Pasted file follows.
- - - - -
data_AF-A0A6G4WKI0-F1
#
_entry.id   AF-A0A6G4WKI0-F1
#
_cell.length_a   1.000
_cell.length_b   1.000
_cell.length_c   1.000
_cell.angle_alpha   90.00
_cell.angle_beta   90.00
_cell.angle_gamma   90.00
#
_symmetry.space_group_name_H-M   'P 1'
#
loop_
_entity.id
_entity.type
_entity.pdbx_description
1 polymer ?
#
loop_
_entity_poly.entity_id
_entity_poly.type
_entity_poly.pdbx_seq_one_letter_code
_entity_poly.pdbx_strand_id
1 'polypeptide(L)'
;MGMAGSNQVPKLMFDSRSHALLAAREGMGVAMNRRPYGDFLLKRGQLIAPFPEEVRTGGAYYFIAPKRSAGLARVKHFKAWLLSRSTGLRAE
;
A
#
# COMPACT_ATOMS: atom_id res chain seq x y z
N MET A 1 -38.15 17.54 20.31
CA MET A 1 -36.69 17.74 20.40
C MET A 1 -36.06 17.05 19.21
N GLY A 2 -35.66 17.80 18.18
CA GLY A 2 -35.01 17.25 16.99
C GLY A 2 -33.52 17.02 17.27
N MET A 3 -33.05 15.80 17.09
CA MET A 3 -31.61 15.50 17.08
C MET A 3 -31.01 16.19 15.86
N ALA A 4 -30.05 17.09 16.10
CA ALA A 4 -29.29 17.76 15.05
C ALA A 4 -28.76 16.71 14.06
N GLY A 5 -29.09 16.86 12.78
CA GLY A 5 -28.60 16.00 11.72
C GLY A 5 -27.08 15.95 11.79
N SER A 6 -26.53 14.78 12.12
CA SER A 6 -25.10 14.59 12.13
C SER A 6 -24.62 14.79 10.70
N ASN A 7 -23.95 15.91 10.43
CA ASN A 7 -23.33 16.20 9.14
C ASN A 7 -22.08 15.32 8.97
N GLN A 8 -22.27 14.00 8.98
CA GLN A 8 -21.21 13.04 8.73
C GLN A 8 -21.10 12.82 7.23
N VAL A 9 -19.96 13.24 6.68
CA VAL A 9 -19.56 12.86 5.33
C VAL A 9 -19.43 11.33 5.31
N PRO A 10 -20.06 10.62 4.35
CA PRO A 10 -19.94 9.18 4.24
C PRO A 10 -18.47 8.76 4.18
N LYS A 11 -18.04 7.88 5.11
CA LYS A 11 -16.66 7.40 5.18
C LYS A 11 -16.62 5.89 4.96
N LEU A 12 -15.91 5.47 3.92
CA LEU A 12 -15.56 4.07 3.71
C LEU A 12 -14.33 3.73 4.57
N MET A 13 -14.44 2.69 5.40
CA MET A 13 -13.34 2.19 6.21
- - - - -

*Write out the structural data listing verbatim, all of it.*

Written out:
data_AF-A0A6G4WKI0-F1
#
_entry.id   AF-A0A6G4WKI0-F1
#
_cell.length_a   1.000
_cell.length_b   1.000
_cell.length_c   1.000
_cell.angle_alpha   90.00
_cell.angle_beta   90.00
_cell.angle_gamma   90.00
#
_symmetry.space_group_name_H-M   'P 1'
#
loop_
_entity.id
_entity.type
_entity.pdbx_description
1 polymer ?
#
loop_
_entity_poly.entity_id
_entity_poly.type
_entity_poly.pdbx_seq_one_letter_code
_entity_poly.pdbx_strand_id
1 'polypeptide(L)'
;MGMAGSNQVPKLMFDSRSHALLAAREGMGVAMNRRPYGDFLLKRGQLIAPFPEEVRTGGAYYFIAPKRSAGLARVKHFKAWLLSRSTGLRAE
;
A
#
# COMPACT_ATOMS: atom_id res chain seq x y z
N MET A 1 -38.15 17.54 20.31
CA MET A 1 -36.69 17.74 20.40
C MET A 1 -36.06 17.05 19.21
N GLY A 2 -35.66 17.80 18.18
CA GLY A 2 -35.01 17.25 16.99
C GLY A 2 -33.52 17.02 17.27
N MET A 3 -33.05 15.80 17.09
CA MET A 3 -31.61 15.50 17.08
C MET A 3 -31.01 16.19 15.86
N ALA A 4 -30.05 17.09 16.10
CA ALA A 4 -29.29 17.76 15.05
C ALA A 4 -28.76 16.71 14.06
N GLY A 5 -29.09 16.86 12.78
CA GLY A 5 -28.60 16.00 11.72
C GLY A 5 -27.08 15.95 11.79
N SER A 6 -26.53 14.78 12.12
CA SER A 6 -25.10 14.59 12.13
C SER A 6 -24.62 14.79 10.70
N ASN A 7 -23.95 15.91 10.43
CA ASN A 7 -23.33 16.20 9.14
C ASN A 7 -22.08 15.32 8.97
N GLN A 8 -22.27 14.00 8.98
CA GLN A 8 -21.21 13.04 8.73
C GLN A 8 -21.10 12.82 7.23
N VAL A 9 -19.96 13.24 6.68
CA VAL A 9 -19.56 12.86 5.33
C VAL A 9 -19.43 11.33 5.31
N PRO A 10 -20.06 10.62 4.35
CA PRO A 10 -19.94 9.18 4.24
C PRO A 10 -18.47 8.76 4.18
N LYS A 11 -18.04 7.88 5.11
CA LYS A 11 -16.66 7.40 5.18
C LYS A 11 -16.62 5.89 4.96
N LEU A 12 -15.91 5.47 3.92
CA LEU A 12 -15.56 4.07 3.71
C LEU A 12 -14.33 3.73 4.57
N MET A 13 -14.44 2.69 5.40
CA MET A 13 -13.34 2.19 6.21